I am given the integral $$\int_0^\infty\frac{\sin^4(x)}{x^2}dx$$ And I must compute it. I know that the answer is $\frac{\pi}{4}$, but I don't really know how to begin solving this.

I am thinking of taking $f(x)=\frac{\sin^4(x)}{x^2}$ and then trying to find its antiderivative and evaluating it at the required limits, but I'm unsure of how to find the antiderivative of such a function.


Integration by parts leads to: $$ \int_{0}^{+\infty}\frac{\sin^4 x}{x^2}\,dx = \int_{0}^{+\infty}\frac{4\cos x\sin^3 x}{x}\,dx=\int_{0}^{+\infty}\frac{\sin(2x)-\frac{1}{2}\sin(4x)}{x}\,dx $$ so we just need to exploit: $$ \forall \alpha > 0,\quad \int_{0}^{+\infty}\frac{\sin(\alpha x)}{x}\,dx=\frac{\pi}{2} $$ to prove the claim.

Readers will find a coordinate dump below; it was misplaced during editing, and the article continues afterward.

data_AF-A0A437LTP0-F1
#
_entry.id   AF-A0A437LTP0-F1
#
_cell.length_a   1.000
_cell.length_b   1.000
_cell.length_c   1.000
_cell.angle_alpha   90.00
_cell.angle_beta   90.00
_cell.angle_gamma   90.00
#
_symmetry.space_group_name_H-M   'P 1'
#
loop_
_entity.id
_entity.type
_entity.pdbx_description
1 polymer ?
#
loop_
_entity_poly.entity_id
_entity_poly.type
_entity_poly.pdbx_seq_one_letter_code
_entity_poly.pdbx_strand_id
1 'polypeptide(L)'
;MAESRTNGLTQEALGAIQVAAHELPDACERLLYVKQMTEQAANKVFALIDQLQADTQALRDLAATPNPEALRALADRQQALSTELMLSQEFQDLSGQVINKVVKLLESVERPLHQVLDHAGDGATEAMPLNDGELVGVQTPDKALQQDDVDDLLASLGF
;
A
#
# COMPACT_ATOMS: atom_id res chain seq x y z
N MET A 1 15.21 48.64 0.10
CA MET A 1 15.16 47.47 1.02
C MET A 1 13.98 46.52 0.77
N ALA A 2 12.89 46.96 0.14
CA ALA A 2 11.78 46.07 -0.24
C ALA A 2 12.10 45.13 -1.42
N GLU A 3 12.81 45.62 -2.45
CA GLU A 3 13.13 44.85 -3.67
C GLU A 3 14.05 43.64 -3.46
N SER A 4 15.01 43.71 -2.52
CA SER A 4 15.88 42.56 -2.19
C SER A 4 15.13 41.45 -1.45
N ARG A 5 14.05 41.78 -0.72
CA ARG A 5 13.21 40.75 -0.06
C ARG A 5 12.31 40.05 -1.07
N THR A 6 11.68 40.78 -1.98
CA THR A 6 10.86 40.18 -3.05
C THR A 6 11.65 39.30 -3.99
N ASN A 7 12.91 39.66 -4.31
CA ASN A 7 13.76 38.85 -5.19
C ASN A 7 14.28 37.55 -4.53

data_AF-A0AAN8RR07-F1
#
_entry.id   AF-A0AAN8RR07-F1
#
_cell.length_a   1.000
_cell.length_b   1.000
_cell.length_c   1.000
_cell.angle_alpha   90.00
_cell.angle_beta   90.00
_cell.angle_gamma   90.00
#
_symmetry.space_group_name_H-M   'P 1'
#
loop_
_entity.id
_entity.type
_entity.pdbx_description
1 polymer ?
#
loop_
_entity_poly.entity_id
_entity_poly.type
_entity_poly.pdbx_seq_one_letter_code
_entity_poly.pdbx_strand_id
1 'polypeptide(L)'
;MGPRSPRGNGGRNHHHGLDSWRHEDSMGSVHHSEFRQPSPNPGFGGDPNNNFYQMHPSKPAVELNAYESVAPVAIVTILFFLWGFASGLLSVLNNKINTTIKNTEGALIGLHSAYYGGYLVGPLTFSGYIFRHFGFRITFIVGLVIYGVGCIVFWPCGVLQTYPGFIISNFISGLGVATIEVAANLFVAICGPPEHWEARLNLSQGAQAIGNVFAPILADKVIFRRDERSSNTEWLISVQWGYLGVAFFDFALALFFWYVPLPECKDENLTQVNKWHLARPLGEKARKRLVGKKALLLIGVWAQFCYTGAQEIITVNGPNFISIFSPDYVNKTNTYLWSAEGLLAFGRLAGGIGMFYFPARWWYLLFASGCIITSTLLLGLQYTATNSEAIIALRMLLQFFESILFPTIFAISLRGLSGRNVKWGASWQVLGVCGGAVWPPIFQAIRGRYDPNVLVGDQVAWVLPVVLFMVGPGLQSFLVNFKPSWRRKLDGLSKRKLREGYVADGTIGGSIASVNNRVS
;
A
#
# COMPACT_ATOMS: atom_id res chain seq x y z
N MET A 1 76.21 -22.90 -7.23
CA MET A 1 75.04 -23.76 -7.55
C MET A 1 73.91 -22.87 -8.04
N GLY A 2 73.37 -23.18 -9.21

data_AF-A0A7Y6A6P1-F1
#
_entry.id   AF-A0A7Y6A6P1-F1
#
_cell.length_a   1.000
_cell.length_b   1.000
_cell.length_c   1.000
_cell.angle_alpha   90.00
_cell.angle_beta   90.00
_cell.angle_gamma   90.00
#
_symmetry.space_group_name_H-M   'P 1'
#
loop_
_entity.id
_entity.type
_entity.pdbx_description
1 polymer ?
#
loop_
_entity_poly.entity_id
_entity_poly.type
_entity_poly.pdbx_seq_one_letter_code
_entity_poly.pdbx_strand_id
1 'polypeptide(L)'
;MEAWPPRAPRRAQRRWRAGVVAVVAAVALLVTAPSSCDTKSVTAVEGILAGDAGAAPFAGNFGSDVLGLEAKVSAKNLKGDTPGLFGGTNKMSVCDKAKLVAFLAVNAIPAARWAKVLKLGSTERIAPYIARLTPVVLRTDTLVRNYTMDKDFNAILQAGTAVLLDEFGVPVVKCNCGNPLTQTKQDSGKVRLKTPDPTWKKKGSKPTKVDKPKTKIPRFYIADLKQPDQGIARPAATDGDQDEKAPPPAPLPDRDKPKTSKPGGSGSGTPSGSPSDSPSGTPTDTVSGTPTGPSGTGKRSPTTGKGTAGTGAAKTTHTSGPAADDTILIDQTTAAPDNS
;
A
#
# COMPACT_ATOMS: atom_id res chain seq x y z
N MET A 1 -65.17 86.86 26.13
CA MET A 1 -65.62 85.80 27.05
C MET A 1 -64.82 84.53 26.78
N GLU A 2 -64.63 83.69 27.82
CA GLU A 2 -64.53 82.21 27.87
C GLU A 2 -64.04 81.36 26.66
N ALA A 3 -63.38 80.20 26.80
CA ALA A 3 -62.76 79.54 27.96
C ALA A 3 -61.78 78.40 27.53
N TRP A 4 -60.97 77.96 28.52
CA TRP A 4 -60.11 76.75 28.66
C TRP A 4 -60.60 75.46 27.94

• $\begingroup$ Sorry...can you explain how this integration by parts is happening? I'm not seeing this in the form of the traditional $\int udv=uv-\int vdu$ $\endgroup$ – Taylor May 4 '15 at 17:34
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    $\begingroup$ $v=-1/x$ and $u=\sin^4 x$ is the answer to your question. $\endgroup$ – mickep May 4 '15 at 17:40

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